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Read Along With Dolly Parton

Join Dolly Parton online as she reads Llama Llama Red Pajama, one of many books she is reading from her Imagination Library collection. Hop into your pajamas, just like Llama Llama, grab your favorite stuffed toy and get ready for a story. And if your child is enrolled in our Braille Tales program and has APH’s free print/braille version of the book, be extra sure to grab that, too!

Llama Llama Red Pajama, a children’s classic by Anna Dewdney, is a bedtime story about saying goodnight. For young Llama Llama, this isn’t easy! His bedtime story is done, but after Mama Llama kisses little Llama goodnight and goes downstairs—what happens next? Llama Llama wants to know Mama is near but when she doesn’t answer, he gets mad…and then he gets a bit scared! Wise Mama Llama understands and lets Llama Llama know all is well. If your child is also a little Llama Llama, after hearing the story, talk to them about bedtime rituals and what they feel when it is time to say goodnight. What do they do if they get mad or scared and what could they do instead? Can they remember, like Llama Llama, that “Mama Llama’s always near, even if she’s not right here”?

Later on, listen to Dolly read the book again. The online readings are available on YouTube (#GoodNightWithDolly). Talk with your child about the rhyming words in the book—pajama, drama, Mama Llama, Llama Llama. Is there a word, real or one you make up, that rhymes with your child’s name? “Justin Wustin—time for bed!” Playing with rhyming words helps develop phonemic awareness, a skill needed for literacy. After several readings of the book, your child may be able to chime in saying some of the words, right along with Dolly.

a young boy in glasses touching the braille in a Llama Llama book

If you have the Braille Tales print/braille book, your child can explore the braille as you or Dolly read aloud. Open the book as flat as possible, positioned across your lap or on a table. Encourage your prereader to place the fingers of both hands on the lines of braille and track smoothly across the page. If they are still inexperienced in “tracking” along the lines of braille, you can model this important skill for them. Have them place their hands over yours, with their fingers extending just past yours so that they are touching the braille. As you track smoothly and lightly across the page, they can feel the bumpy dots moving under their fingers and experience the hand movements good braille readers use.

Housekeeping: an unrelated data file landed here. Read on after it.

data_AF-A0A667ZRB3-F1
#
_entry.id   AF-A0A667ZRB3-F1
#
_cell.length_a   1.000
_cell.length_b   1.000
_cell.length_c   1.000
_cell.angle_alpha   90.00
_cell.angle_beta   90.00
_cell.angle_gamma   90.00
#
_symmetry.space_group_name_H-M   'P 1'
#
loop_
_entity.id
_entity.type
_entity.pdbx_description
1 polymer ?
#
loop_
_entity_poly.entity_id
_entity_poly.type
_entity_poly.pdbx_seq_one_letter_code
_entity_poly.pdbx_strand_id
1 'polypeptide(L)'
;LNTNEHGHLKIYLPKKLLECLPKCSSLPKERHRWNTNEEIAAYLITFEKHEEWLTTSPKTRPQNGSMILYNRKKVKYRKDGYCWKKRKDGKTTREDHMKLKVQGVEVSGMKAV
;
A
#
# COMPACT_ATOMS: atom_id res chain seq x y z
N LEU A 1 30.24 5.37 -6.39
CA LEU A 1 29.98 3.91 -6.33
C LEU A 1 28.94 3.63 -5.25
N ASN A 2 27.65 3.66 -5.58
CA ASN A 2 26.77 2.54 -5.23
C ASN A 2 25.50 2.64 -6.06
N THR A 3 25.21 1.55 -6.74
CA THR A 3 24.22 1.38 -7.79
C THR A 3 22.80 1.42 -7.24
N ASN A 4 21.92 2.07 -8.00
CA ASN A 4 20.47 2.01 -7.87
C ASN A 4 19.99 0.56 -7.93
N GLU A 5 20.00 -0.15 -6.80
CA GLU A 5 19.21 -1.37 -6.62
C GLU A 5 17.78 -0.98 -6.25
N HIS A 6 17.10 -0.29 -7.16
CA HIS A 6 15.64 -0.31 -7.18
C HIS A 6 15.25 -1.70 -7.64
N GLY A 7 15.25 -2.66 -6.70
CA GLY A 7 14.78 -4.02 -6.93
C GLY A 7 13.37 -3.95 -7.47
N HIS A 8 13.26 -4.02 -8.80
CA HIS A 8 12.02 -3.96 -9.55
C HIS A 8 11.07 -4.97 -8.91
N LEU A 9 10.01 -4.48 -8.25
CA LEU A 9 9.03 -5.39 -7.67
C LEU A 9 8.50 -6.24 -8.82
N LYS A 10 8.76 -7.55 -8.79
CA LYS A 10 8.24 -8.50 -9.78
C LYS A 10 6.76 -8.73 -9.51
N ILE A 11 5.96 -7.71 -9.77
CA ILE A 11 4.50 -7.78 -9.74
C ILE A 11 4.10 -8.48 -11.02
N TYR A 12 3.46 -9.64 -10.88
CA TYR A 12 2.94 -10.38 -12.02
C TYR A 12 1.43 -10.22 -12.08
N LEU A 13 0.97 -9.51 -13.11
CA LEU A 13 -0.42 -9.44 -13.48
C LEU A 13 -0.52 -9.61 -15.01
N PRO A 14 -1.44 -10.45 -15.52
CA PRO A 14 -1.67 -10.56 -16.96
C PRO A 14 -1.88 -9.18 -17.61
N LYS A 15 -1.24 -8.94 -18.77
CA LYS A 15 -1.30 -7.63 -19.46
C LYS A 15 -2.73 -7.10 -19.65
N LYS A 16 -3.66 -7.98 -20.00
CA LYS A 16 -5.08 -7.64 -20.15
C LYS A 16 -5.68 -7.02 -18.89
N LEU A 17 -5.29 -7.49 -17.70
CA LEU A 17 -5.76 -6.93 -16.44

You can learn more about APH’s partnership with Dolly Parton’s Imagination Library and APH’s Braille Tales Program here!


For more resources check out our #AtHomeWithAPH resource list for free and accessible activities, tips, webinars, and more from APH, our partners, and the field at large. Have a free and accessible resource you would like us to include? Email us at communications@aph.org to tell us about it!

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About the author

Suzette Wright, Emergent Literacy Project Leader

Suzette Wright is Emergent Literacy Project Leader at APH. She joined the Educational Products Research Department in 1978 after receiving K-8 teaching certification and a B.A. in psychology with a research orientation.  As project leader she has been responsible for the development of the APH Light Box, Mini-Lite Box and accompanying materials, On the Way to Literacy series of tactile books, Moving Ahead Tactile Graphic Storybooks, Tactile Book Builder kit and guidebook, and co-authored the parent/teacher handbook, On the Way to Literacy: Early Experiences for Visually Impaired Children.

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